Queers, Queens, and Superheroes – Muslim Drag Queen Amrou Al-Kadhi
Drag performer and writer Amrou Al-Kadhi discusses their upbringing as a queer Muslim and their recent memoir “Life as a Unicorn.”
“Queer and trans people show the world what it is to be free,” says Amrou Al-Kadhi, the British-Iraqi drag queen, writer, and filmmaker.
Al-Kadhi, who recently published their first book Life as a Unicorn: A Journey from Shame to Pride and Everything in Between, grew up feeling like the only queer kid in the entire Middle East.
“I was a kid before the internet or social media was a thing, so I really had no access to queer representation,” they say. “I was taught to be very godfearing and that gender or sexual transgression was an unforgivable sin, so I suppose I was brought up with this deep, ingrained fear that my existence was an complete monstrosity, and I had no one to talk to about it or anyway in which to express myself. This deeply held fear that I am wrong in my absolute core has never really left, and I have to fight everyday to counteract it.”
Al-Kadhi was outed at school by a bully, but it wasn’t until they were fifteen and their parents discovered gay porn under their bed that they came out to their family. “I was bullied mercilessly at school, and my parents just refused to accept my sexuality. They accused me of being into Satan, and just told me that there was no possibility in which I would ever become a gay adult, and just left it at that,” Al-Kadhi says.
“It’s been like seventeen years since then, and my parents still refuse to ever accept or talk about it,” they add.
Raised between Bahrain and Dubai, Al-Kadhi moved to London when they were eleven, and then attended Cambridge University at nineteen. Once their parents moved back to the Middle East, Al-Kadhi started doing drag and, after graduating, became a drag queen in London.
“Now I make my living as a jobbing drag performer, a screenwriter, and an author, and I recently just moved to Los Angeles,” they say.
“To be honest, I just wanted to write a book that could relay the complexity of my experiences outside of a culture war political setting,” they say. “Islam, gender identity, and queerness are so politicized these days, that I wanted to just be able to write about my experiences without anybody shouting back at me on the news.”
Al-Kadhi says they wrote Life as a Unicorn because they wanted to write a book that could “hold the complexity and contradictions of the queer Muslim experience without having to tie it into a neat narrative.”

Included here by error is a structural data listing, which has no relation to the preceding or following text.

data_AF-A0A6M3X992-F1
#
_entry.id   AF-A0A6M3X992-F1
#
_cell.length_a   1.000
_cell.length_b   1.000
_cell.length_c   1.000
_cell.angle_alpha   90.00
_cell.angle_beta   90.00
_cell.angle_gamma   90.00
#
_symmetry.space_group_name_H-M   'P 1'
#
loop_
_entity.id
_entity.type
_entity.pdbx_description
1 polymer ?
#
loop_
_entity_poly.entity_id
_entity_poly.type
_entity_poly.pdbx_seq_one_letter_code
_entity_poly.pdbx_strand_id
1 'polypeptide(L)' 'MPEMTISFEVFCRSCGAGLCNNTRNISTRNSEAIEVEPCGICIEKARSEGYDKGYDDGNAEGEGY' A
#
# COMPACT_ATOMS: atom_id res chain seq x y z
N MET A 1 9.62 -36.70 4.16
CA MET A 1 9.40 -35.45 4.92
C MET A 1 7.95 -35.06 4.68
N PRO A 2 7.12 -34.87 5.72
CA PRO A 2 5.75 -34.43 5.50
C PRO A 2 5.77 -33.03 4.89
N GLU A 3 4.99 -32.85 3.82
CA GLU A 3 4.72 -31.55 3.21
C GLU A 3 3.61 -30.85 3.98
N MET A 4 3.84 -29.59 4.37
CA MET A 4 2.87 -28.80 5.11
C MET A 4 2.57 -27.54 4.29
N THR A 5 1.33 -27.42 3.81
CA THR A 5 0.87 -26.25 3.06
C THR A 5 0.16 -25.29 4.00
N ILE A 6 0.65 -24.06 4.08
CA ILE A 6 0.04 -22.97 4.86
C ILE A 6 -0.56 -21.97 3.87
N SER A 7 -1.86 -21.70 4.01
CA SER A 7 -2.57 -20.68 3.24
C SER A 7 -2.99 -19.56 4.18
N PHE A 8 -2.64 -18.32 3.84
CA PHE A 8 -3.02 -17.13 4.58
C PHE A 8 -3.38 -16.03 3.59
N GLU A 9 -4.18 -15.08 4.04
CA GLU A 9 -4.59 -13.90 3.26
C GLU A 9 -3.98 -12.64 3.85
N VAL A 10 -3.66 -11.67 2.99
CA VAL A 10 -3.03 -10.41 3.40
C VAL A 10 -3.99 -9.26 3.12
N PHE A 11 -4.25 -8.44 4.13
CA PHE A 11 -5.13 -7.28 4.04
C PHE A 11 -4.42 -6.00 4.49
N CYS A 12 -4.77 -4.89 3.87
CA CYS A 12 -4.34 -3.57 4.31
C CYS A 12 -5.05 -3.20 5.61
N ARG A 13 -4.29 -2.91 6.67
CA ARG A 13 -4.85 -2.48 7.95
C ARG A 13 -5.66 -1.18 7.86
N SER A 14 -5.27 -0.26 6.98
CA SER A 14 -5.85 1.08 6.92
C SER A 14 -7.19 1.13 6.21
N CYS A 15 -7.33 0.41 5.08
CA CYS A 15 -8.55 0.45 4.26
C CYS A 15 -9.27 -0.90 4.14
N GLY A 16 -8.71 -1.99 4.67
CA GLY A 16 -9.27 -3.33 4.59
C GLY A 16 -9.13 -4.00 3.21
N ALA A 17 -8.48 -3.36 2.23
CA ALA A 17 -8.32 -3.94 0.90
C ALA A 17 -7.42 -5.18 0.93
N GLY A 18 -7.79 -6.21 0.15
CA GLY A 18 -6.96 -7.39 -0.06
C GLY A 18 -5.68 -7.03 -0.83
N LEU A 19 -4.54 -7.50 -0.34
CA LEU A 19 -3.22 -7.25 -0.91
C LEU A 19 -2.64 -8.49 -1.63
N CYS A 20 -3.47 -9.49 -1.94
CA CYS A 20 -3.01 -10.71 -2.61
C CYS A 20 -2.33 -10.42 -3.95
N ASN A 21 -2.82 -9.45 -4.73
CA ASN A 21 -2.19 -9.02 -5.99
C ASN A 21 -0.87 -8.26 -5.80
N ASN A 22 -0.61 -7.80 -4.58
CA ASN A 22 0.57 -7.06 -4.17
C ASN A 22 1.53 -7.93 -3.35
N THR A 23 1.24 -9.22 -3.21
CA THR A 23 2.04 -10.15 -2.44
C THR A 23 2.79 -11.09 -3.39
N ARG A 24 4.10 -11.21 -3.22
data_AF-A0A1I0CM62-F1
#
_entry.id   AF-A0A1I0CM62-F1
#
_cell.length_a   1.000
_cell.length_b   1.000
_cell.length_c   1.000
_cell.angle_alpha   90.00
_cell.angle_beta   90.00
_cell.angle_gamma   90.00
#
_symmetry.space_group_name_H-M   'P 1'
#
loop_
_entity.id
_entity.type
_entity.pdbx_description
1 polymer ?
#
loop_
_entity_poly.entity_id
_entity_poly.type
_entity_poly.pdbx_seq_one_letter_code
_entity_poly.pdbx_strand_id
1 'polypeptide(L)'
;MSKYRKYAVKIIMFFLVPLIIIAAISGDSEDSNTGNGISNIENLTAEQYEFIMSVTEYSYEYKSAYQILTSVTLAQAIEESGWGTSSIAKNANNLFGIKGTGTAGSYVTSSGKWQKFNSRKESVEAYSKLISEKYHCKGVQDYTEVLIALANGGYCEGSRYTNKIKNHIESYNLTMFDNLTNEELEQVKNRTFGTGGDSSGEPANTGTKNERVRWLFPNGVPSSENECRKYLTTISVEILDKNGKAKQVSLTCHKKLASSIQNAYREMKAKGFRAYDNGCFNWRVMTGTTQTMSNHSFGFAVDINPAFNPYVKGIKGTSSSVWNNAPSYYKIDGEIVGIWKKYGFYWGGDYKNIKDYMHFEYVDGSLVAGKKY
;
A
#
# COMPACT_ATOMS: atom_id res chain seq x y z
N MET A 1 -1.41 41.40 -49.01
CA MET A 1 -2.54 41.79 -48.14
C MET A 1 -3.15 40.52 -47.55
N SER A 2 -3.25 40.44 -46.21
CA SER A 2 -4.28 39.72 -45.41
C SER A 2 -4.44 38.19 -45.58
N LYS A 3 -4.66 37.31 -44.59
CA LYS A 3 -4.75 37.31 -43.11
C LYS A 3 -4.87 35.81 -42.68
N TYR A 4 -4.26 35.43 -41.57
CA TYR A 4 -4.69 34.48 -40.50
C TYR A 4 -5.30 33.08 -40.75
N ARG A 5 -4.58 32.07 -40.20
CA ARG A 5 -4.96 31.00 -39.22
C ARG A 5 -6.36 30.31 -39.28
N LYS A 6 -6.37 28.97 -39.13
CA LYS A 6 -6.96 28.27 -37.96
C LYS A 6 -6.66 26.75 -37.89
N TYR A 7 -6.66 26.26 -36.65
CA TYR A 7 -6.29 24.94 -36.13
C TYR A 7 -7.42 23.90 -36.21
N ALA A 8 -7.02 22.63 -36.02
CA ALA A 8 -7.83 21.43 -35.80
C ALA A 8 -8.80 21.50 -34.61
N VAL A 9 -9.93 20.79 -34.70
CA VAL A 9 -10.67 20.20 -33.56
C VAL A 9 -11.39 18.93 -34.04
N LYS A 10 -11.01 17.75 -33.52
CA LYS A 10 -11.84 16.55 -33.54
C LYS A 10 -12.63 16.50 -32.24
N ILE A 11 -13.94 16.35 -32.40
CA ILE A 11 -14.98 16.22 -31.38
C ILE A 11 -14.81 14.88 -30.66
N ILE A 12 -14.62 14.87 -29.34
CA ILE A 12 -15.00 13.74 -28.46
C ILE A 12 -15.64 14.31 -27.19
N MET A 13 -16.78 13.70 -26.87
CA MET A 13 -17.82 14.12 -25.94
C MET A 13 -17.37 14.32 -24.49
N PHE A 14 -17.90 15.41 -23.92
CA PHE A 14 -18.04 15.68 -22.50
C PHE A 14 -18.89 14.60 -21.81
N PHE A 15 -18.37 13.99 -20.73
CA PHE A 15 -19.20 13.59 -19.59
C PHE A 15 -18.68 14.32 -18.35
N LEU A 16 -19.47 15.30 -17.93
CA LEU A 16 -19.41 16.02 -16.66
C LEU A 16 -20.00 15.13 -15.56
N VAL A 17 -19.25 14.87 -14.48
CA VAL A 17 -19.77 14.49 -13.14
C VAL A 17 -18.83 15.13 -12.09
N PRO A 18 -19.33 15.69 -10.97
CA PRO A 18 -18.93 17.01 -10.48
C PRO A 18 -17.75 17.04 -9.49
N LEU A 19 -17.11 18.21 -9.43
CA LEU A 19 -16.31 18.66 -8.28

“I guess in the end, my hope was that anybody could read this book and empathize with these experiences on a human level, outside of how politicized the issues might be,” they add.
Building empathy and community between people is something that Al-Kadhi strives for as a storyteller, “especially during this time of such pronounced polarization and division,” they say. “I wanted the book to feel like a friend was talking to you about their experiences, so no matter who you were, you could feel like you had access to the story. I also wanted to write the book I wish I had while growing up.”
“Queer and trans people show the world what it is to be free, and people who have dedicated their lives to shackling constructs that have been unquestioned feel completely threatened by this—it is our freedom that makes people hate us, and so they lash out,” Al-Kadhi says of the current anti-LGBTQ+ legislation being passed throughout the United States.
“I am so sick of our identities being used as some pawn for political gain, but queer and trans people have always been resilient, and no matter what, we will survive and thrive. And I think the curve of history is on our side—there’s nothing politicians can do to stop the new generation being more queer and more queer accepting, and no amount of legislating will change that.”
Al-Kadhi says it’s more important now than ever to fight back.
“Look how rightwing groups are trying to erase our history! The more of us who tell our stories, the more of us it will galvanize, and it is our collective strength and resilience that is going to win in the end,” they say.
Despite the ongoing setbacks and violence against the LGBTQ+ community, Al-Kadhi says they will be celebrating and honoring Pride Month this year with their friends.
“All my queer friends—they are my superheroes!”
Order a copy of Life as a Unicorn here.